Precautions to Take Before a PRP Injection

Since your blood will be required for the platelets to be retrieved for the PRP injection, taking precautions before the treatment is vital. Some of the precautions include halting in-take of blood thinners, arthritis, and steroid medication days or possibly weeks before the treatment. Patients are also required to take plenty of fluids the day before the procedure. Patients who experience anxiety may require anti-anxiety medication before the procedure.

Discussing your condition with the doctor early enough will ensure you are physically and emotionally prepared for the PRP procedure. Visit Providence’s Platelet Rich Plasma Injection Therapy here for more information.

In this article, Chuck Dinerstein discusses why it is important for doctors to look at the effectiveness of the treatment, despite its profitability.

Why PRP Treatment is Increasingly Becoming Popular

Ah, the mighty platelet. Once a neglected blood component, today it is the basis of an entirely new medical “specialty,” regenerative medicine, although market might be a better word choice.

The use of blood products in roles other than transfusion began almost a half-century ago when fibrinogen was used as a type of glue, to put tissue together. Platelets, neither a cell, like the red or white blood cell, nor a metabolite, like fibrinogen, is a cell fragment (no nucleus). It is deeply involved in tissue repair, helping to form clots to fix a leaky blood vessel and containing a number of growth factors that signal and stimulate cell proliferation and… Read more here

In 2009, PRP therapy was a $45 million market. By 2016, the value of this treatment had quadrupled, with growth estimates being about 13% annually. This shows that many doctors and patients are opting for this form of therapy. It is vital that the focus on the PRP treatment remains on its viability, over its profitability. Many doctors opt for this treatment because they consider it useful, and the patient is not at risk of an allergic reaction because the platelets used are from the patient’s blood.

The following article on emoryhealthcare.org, the writer, discusses injuries that can benefit from PRP treatment, the process and the steps taken during recovery.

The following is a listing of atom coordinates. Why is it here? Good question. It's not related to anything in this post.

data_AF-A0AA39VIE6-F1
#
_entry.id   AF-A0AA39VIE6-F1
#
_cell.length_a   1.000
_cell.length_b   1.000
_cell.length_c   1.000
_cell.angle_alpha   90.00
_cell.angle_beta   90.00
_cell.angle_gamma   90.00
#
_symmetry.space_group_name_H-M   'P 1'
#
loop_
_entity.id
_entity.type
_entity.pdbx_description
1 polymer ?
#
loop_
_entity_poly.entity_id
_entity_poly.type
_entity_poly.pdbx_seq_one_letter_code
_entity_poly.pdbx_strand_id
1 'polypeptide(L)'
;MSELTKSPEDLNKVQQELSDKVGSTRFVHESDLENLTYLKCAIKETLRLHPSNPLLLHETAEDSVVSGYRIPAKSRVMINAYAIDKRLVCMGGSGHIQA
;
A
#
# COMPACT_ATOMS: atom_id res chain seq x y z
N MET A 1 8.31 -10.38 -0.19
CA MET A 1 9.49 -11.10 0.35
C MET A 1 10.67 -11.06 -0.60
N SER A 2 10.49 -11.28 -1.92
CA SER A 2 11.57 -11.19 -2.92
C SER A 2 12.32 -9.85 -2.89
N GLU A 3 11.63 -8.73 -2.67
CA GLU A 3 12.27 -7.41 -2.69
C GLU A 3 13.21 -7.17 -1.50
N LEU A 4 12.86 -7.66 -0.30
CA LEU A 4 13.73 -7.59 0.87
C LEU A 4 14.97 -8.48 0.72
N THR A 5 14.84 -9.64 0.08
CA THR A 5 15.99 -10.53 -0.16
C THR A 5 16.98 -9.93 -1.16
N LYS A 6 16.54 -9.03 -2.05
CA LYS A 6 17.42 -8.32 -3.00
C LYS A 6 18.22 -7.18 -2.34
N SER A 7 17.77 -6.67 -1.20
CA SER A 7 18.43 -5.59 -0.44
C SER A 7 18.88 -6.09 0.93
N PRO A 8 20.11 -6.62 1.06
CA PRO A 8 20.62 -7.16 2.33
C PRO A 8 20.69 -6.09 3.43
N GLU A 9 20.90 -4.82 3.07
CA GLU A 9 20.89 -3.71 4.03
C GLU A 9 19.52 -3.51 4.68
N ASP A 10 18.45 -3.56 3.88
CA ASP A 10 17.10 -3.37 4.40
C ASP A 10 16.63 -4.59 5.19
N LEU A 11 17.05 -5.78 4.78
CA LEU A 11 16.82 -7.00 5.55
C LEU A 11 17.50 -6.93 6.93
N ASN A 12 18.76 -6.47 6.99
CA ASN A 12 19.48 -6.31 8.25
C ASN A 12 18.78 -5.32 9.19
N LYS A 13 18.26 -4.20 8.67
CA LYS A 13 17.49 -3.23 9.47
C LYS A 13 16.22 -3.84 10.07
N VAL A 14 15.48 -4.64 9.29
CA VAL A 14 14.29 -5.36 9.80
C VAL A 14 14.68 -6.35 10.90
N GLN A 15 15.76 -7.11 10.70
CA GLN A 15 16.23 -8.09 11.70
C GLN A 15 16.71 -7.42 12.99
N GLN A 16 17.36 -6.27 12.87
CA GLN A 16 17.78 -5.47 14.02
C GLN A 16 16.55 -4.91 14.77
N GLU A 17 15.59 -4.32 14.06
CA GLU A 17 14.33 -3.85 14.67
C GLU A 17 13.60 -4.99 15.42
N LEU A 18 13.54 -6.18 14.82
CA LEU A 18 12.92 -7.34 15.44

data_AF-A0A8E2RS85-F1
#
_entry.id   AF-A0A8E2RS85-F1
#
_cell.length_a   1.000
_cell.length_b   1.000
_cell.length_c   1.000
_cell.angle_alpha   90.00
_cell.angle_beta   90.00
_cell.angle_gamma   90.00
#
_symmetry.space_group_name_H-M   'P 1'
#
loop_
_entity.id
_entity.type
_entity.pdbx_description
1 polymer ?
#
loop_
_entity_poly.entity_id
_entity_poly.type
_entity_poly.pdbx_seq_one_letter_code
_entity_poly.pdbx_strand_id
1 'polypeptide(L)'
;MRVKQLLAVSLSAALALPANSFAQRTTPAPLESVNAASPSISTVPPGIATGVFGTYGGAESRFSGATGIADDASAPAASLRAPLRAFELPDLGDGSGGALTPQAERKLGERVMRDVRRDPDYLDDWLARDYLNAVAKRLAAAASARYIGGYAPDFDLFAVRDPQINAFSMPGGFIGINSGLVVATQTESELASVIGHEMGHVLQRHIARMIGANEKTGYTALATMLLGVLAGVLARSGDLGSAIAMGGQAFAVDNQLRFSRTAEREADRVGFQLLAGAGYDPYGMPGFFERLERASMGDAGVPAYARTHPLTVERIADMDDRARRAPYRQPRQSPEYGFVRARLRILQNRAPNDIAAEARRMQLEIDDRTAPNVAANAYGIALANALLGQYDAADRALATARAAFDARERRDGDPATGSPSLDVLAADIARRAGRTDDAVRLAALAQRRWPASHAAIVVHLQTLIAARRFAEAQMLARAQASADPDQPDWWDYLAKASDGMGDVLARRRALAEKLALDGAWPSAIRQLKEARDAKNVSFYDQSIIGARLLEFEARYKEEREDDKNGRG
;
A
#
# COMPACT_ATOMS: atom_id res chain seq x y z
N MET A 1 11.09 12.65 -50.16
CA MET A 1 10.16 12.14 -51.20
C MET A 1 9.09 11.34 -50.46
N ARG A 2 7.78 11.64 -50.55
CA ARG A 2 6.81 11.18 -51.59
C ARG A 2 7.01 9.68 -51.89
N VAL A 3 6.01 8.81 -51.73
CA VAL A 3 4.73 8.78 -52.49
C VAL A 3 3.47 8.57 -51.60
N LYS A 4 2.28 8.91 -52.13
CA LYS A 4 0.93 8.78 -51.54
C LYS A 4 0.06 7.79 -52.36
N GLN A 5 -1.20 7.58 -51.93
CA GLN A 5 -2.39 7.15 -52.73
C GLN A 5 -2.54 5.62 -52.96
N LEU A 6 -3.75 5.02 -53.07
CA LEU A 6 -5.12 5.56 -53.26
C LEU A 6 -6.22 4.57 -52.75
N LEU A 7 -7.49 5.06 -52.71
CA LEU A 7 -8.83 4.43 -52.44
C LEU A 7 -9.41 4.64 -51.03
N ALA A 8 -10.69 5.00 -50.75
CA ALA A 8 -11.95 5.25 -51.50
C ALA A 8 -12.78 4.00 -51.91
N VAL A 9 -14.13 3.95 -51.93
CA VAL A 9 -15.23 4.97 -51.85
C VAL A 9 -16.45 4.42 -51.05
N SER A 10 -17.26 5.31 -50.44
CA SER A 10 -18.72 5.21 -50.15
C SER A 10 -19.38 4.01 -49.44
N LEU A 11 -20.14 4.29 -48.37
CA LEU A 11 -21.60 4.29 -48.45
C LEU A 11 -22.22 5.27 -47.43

Recovery Process after the PRP Treatment

Athletes who endure chronic pain from tendon injuries can finally get relief from a safe, non-surgical procedure. It’s called Platelet-Rich Plasma (PRP) Therapy, and it utilizes platelets from the athletes’ own blood to rebuild a damaged tendon. It has been successful in not only relieving the pain, but also in jumpstarting the healing process.

Tendons are the rope-like structures that connect muscle to bone, enabling the bone to move. When a tendon is first injured, it can become inflamed, swollen and painful. This injury is often experienced by athletes in tennis, baseball, football, and any other sport that requires repetitive throwing motions. Read more here

Many sportsmen and women are concerned about the period they expect to be out of the game before they are completely healed. This is one of the questions many people ask when faced with multiple choices when it comes to the treatment of an injury. Once a patient undergoes the PRP treatment, the period of rest could be anywhere between six and twelve weeks. After six weeks, depending on the extent of the injury, the patient may begin physical therapy. Twelve weeks after the treatment, the patient is evaluated for signs of improvement. Patients with extensive injuries may require more than one treatment if the desired outcome is to be achieved.

An article on sciencedaily.com from the American Orthopaedic Society for Sports Medicine, focuses on conditions that benefit from PRP treatment, and those that do not improve despite the use of this treatment.

What Causes Failure in Some PRP Treatments?

The use of platelet-rich plasma therapy can reduce the risk of a second meniscus failure after operation but does not seem to protect patients who have had surgery to repair an anterior cruciate ligament, according to research presented at the Annual Meeting of the American Orthopedic Society of Sports Medicine.

Platelet-rich plasma therapy involves the extraction of blood from the patient, which is then centrifuged to obtain a concentrated suspension of platelets. It then undergoes a two-stage centrifugation process to separate the solid and liquid components of the anticoagulated blood. Read more here

The PRP injection is still undergoing tests as researchers try to determine why this treatment works exceptionally well in some cases and fails in some. Is it a problem with preparation, or is the therapy affected by the tissue reconstruction process? Is the treatment more viable in some parts of the body and a failure in other areas? For now, doctors are using this treatment on conditions that have been proven to improve after the PRP injection.